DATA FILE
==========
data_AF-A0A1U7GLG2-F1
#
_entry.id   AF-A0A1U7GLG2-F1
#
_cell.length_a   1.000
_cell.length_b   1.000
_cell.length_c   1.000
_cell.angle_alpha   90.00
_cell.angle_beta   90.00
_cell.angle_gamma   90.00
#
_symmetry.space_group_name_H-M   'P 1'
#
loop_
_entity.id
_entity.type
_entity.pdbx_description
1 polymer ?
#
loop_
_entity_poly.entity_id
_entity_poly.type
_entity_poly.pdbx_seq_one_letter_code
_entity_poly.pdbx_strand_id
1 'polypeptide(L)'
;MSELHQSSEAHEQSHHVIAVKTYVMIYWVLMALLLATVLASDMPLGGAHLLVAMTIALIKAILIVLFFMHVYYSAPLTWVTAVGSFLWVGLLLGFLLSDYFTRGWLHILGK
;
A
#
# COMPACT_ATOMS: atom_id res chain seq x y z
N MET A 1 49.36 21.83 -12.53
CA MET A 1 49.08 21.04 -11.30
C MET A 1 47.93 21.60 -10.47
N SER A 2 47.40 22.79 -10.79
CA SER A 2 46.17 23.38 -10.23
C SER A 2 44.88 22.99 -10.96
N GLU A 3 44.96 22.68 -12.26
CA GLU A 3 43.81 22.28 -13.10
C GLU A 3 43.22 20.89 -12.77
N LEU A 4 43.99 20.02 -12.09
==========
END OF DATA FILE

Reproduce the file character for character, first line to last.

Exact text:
data_AF-A0A1U7GLG2-F1
#
_entry.id   AF-A0A1U7GLG2-F1
#
_cell.length_a   1.000
_cell.length_b   1.000
_cell.length_c   1.000
_cell.angle_alpha   90.00
_cell.angle_beta   90.00
_cell.angle_gamma   90.00
#
_symmetry.space_group_name_H-M   'P 1'
#
loop_
_entity.id
_entity.type
_entity.pdbx_description
1 polymer ?
#
loop_
_entity_poly.entity_id
_entity_poly.type
_entity_poly.pdbx_seq_one_letter_code
_entity_poly.pdbx_strand_id
1 'polypeptide(L)'
;MSELHQSSEAHEQSHHVIAVKTYVMIYWVLMALLLATVLASDMPLGGAHLLVAMTIALIKAILIVLFFMHVYYSAPLTWVTAVGSFLWVGLLLGFLLSDYFTRGWLHILGK
;
A
#
# COMPACT_ATOMS: atom_id res chain seq x y z
N MET A 1 49.36 21.83 -12.53
CA MET A 1 49.08 21.04 -11.30
C MET A 1 47.93 21.60 -10.47
N SER A 2 47.40 22.79 -10.79
CA SER A 2 46.17 23.38 -10.23
C SER A 2 44.88 22.99 -10.96
N GLU A 3 44.96 22.68 -12.26
CA GLU A 3 43.81 22.28 -13.10
C GLU A 3 43.22 20.89 -12.77
N LEU A 4 43.99 20.02 -12.09